Book review: Ulysses, by James Joyce, 1922

“Every life is in many days, day after day. We walk through ourselves, meeting robbers, ghosts, giants, old men, young men, wives, widows, brothers-in-love, but always meeting ourselves.” ‘Ulysses’ was a hard read, 933 pages of complex, allusive text, full of echoes, references, challenges and puzzles. Reading this novel passively, without paying full attention, isContinue reading “Book review: Ulysses, by James Joyce, 1922”

Supplementary: “A cartload of apes and ivory” – Rebecca West on ‘The Golden Bowl’

‘The Golden Bowl’ certainly divides opinion. Reading some online reviews I came across a wonderful demolition of the novel by the awesome Rebecca West. I make no apologies for quoting at length from her analysis – West never pulls her punches and has a magnificent turn of phrase. She opens by calling the novel “anContinue reading “Supplementary: “A cartload of apes and ivory” – Rebecca West on ‘The Golden Bowl’”

Book review: 1919, by John Dos Passos, 1932

‘1919’ is the second book in Dos Passos’s ‘USA’ trilogy. Which immediately begs the question, why read only the middle book in a trilogy? You wouldn’t read only ‘The Two Towers’, would you? I think there are several reasons why I am going to resist the temptation to read the rest of ‘USA’. Firstly, ‘1919’Continue reading “Book review: 1919, by John Dos Passos, 1932”

Book review: The Life and Opinions of Tristram Shandy, Gentleman, by Laurence Sterne, 1759-1767

If you type ‘Tristram Shandy’ into the search field on WordPress’s “Reader” pages, you will be presented with a large number of results. Look more closely, and it turns out that for every review of Sterne’s ridiculous, extravagant, often nonsensical novel, there is another post lamenting its unreadability. I sympathise. ‘Tristram Shandy’ was published overContinue reading “Book review: The Life and Opinions of Tristram Shandy, Gentleman, by Laurence Sterne, 1759-1767”

Book review: As I Lay Dying, by William Faulkner, 1930

William Faulkner’s ‘As I Lay Dying’ tells the story of the death of Addie Bundren and her last journey to her hometown, Jefferson, Mississippi. The novel opens with the dying Addie watching her son Cash construct her coffin. The ominous sounds of his carpentry echo around the house, forming an aural backdrop to the family’sContinue reading “Book review: As I Lay Dying, by William Faulkner, 1930”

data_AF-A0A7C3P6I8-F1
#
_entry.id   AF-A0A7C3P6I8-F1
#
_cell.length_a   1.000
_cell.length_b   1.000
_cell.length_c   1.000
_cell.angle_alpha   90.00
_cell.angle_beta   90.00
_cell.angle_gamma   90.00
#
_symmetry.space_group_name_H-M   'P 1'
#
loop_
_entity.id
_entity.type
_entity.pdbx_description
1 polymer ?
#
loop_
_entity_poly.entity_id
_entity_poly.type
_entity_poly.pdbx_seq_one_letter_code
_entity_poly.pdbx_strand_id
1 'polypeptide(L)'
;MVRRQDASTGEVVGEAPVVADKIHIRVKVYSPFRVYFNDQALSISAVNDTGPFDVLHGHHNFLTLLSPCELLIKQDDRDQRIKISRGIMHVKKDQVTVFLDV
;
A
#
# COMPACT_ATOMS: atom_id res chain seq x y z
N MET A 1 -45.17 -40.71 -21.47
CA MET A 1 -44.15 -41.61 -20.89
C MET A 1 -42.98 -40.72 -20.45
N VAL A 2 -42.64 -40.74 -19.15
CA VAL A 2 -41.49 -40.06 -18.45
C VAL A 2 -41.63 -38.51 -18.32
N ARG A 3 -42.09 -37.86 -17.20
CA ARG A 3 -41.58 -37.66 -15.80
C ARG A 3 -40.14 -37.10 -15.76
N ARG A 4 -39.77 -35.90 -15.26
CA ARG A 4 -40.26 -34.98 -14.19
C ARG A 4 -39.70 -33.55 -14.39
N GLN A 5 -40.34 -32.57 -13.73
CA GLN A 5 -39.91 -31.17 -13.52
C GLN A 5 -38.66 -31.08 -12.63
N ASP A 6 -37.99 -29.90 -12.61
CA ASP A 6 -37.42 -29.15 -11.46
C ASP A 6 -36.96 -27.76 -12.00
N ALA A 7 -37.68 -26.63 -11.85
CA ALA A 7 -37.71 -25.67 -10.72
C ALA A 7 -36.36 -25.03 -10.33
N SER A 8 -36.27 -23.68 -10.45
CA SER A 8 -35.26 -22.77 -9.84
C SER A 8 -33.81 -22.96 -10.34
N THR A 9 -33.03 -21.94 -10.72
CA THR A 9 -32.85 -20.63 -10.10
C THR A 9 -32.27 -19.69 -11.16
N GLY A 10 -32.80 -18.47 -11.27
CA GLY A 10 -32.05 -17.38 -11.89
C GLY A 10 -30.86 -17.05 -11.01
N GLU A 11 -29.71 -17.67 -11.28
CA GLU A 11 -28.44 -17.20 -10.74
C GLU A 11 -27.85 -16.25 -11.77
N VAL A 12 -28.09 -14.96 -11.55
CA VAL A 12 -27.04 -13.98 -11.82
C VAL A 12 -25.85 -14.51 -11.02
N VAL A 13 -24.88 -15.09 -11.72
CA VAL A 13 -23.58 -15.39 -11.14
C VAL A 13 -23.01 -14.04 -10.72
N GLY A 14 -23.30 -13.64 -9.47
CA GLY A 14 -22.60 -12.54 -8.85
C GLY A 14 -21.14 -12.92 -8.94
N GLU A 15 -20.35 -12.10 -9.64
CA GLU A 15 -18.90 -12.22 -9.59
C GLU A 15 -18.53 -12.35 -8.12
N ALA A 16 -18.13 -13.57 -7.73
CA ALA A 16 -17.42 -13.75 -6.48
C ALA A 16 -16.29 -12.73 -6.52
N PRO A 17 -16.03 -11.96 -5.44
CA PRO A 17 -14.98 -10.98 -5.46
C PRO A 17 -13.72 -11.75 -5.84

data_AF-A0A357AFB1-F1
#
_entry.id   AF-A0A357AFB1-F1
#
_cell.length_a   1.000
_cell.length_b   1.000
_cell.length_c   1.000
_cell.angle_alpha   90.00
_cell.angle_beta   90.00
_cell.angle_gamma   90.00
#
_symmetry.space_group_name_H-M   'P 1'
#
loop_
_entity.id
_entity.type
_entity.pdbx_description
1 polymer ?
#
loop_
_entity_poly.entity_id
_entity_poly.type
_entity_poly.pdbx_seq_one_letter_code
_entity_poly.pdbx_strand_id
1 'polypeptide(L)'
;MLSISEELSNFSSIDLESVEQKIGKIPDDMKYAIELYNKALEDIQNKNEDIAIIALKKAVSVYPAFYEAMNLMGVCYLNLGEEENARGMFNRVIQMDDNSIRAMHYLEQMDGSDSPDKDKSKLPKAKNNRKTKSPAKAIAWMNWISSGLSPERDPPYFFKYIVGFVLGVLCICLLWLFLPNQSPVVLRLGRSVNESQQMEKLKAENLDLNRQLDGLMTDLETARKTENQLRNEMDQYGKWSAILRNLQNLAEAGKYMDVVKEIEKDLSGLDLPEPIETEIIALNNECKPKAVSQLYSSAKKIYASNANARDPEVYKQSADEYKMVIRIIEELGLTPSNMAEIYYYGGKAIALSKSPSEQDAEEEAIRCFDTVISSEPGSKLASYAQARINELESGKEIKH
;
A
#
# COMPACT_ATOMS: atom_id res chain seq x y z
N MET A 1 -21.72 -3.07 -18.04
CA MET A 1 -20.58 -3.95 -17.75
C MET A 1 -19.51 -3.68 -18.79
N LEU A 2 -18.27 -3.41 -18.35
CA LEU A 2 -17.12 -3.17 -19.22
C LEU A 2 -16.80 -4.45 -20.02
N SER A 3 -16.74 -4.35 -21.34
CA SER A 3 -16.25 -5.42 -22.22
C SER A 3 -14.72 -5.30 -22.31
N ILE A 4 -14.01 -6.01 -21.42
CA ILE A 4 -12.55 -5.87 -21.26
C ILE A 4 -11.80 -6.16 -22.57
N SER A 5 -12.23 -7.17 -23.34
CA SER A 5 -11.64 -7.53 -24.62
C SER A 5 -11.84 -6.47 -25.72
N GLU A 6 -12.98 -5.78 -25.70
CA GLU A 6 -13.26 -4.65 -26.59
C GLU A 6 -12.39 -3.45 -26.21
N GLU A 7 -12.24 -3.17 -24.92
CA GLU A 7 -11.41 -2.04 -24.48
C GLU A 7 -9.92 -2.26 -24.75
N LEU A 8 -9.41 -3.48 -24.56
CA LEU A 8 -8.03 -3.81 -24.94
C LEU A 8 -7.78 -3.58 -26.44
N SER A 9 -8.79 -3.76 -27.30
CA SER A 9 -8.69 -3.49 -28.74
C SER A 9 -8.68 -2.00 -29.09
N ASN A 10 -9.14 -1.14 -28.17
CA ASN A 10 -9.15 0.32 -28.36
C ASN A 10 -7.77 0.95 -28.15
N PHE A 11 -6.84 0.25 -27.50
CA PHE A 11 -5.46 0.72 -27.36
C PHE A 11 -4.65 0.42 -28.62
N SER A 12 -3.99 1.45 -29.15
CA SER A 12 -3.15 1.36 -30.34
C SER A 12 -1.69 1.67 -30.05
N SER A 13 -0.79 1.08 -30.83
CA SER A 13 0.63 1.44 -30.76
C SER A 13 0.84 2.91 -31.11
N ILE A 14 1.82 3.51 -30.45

Supplementary: Last words on ‘Clarissa’, by Samuel Richardson, 1748

  A final post about ‘Clarissa’, I promise. Please be aware of multiple spoilers in the unlikely event you were planning to read this novel. I left Clarissa at the end of volume 4 of 9 in the hands of the sinister Robert Lovelace. In his citation of this novel in the ‘100 best novelsContinue reading “Supplementary: Last words on ‘Clarissa’, by Samuel Richardson, 1748”

Book review: ‘Clarissa’, by Samuel Richardson, 1748, volumes 3 & 4

Back to ‘Clarissa’.  At the end of book 2, Clarissa has taken the bold, if not foolhardy step of running away from her family home with the blaggard Lovelace. While it looks to the rest of the world as if this was an elopement, the actual events were more confused – Clarissa intended to tellContinue reading “Book review: ‘Clarissa’, by Samuel Richardson, 1748, volumes 3 & 4”

Book review: The Pilgrim’s Progress, by John Bunyan, 1678

Subtitled ‘From This World to That Which Is to Come; Delivered under the Similitude of a Dream’. This is the third time I have recently tried to read ‘Pilgrim’s Progress’ – each time previously I gave up simply due to lack of interest. Bunyan’s style is said to be straightforward, but I found the insistentContinue reading “Book review: The Pilgrim’s Progress, by John Bunyan, 1678”

Book review: The Beginning of Spring, by Penelope Fitzgerald, 1988

‘The Beginning of Spring’ tells the story of the Reid family. Living in Moscow, (although originally from Salford and Norbury), the Reid’s are Frank, a printer, his wife Nellie, and their three lively children. The novel opens with Nellie’s apparently sudden decision to leave her husband and travel back to England. This breakup provides aContinue reading “Book review: The Beginning of Spring, by Penelope Fitzgerald, 1988”

Book review: Vanity Fair, by William Makepeace Thackeray, 1848

“Vanity Fair is a very vain, wicked, foolish place, full of all sorts of humbugs and falsenesses and pretensions.” Thackeray’s ‘Vanity Fair’ draws its name from ‘The Pilgrim’s Progress’. It was published in nineteen monthly instalments, and as with many Victorian novels shows some evidence of padding – the scenes in continental Europe at theContinue reading “Book review: Vanity Fair, by William Makepeace Thackeray, 1848”